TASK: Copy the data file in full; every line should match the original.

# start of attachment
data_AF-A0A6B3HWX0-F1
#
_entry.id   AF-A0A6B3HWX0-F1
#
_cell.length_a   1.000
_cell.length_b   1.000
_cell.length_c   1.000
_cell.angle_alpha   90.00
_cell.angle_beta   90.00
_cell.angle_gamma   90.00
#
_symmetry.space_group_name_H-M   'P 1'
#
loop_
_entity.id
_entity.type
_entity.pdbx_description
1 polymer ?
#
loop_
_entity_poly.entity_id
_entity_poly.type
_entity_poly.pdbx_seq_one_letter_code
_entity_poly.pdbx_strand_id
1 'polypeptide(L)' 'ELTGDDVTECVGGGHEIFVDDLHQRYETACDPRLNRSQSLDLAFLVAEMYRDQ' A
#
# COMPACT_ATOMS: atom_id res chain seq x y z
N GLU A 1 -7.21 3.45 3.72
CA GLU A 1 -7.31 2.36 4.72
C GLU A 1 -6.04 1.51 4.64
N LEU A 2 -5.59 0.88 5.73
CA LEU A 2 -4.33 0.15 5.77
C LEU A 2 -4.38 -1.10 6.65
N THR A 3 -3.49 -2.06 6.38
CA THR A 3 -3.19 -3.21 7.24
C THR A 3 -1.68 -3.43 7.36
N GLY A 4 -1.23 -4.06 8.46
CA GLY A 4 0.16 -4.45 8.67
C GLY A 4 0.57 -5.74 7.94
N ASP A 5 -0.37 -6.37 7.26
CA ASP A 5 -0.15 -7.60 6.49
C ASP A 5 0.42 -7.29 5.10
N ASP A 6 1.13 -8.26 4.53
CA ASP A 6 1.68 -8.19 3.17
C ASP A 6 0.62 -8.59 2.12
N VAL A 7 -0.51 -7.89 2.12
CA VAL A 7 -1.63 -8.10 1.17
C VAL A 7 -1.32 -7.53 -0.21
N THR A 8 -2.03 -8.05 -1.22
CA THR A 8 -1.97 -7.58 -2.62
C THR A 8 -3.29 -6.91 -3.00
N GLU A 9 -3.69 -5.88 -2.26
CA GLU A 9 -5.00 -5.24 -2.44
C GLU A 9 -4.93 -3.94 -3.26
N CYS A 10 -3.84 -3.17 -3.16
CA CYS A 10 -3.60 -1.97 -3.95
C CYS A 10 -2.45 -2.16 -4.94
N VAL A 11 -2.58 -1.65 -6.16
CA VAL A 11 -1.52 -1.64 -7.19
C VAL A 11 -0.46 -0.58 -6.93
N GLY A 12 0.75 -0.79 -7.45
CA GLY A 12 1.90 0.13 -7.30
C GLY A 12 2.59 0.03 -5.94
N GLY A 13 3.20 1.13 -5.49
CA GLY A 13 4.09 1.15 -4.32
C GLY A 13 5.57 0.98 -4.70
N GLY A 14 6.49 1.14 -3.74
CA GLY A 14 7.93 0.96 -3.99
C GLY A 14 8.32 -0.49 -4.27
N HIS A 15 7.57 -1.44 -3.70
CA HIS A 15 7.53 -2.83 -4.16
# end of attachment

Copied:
data_AF-A0A6B3HWX0-F1
#
_entry.id   AF-A0A6B3HWX0-F1
#
_cell.length_a   1.000
_cell.length_b   1.000
_cell.length_c   1.000
_cell.angle_alpha   90.00
_cell.angle_beta   90.00
_cell.angle_gamma   90.00
#
_symmetry.space_group_name_H-M   'P 1'
#
loop_
_entity.id
_entity.type
_entity.pdbx_description
1 polymer ?
#
loop_
_entity_poly.entity_id
_entity_poly.type
_entity_poly.pdbx_seq_one_letter_code
_entity_poly.pdbx_strand_id
1 'polypeptide(L)' 'ELTGDDVTECVGGGHEIFVDDLHQRYETACDPRLNRSQSLDLAFLVAEMYRDQ' A
#
# COMPACT_ATOMS: atom_id res chain seq x y z
N GLU A 1 -7.21 3.45 3.72
CA GLU A 1 -7.31 2.36 4.72
C GLU A 1 -6.04 1.51 4.64
N LEU A 2 -5.59 0.88 5.73
CA LEU A 2 -4.33 0.15 5.77
C LEU A 2 -4.38 -1.10 6.65
N THR A 3 -3.49 -2.06 6.38
CA THR A 3 -3.19 -3.21 7.24
C THR A 3 -1.68 -3.43 7.36
N GLY A 4 -1.23 -4.06 8.46
CA GLY A 4 0.16 -4.45 8.67
C GLY A 4 0.57 -5.74 7.94
N ASP A 5 -0.37 -6.37 7.26
CA ASP A 5 -0.15 -7.60 6.49
C ASP A 5 0.42 -7.29 5.10
N ASP A 6 1.13 -8.26 4.53
CA ASP A 6 1.68 -8.19 3.17
C ASP A 6 0.62 -8.59 2.12
N VAL A 7 -0.51 -7.89 2.12
CA VAL A 7 -1.63 -8.10 1.17
C VAL A 7 -1.32 -7.53 -0.21
N THR A 8 -2.03 -8.05 -1.22
CA THR A 8 -1.97 -7.58 -2.62
C THR A 8 -3.29 -6.91 -3.00
N GLU A 9 -3.69 -5.88 -2.26
CA GLU A 9 -5.00 -5.24 -2.44
C GLU A 9 -4.93 -3.94 -3.26
N CYS A 10 -3.84 -3.17 -3.16
CA CYS A 10 -3.60 -1.97 -3.95
C CYS A 10 -2.45 -2.16 -4.94
N VAL A 11 -2.58 -1.65 -6.16
CA VAL A 11 -1.52 -1.64 -7.19
C VAL A 11 -0.46 -0.58 -6.93
N GLY A 12 0.75 -0.79 -7.45
CA GLY A 12 1.90 0.13 -7.30
C GLY A 12 2.59 0.03 -5.94
N GLY A 13 3.20 1.13 -5.49
CA GLY A 13 4.09 1.15 -4.32
C GLY A 13 5.57 0.98 -4.70
N GLY A 14 6.49 1.14 -3.74
CA GLY A 14 7.93 0.96 -3.99
C GLY A 14 8.32 -0.49 -4.27
N HIS A 15 7.57 -1.44 -3.70
CA HIS A 15 7.53 -2.83 -4.16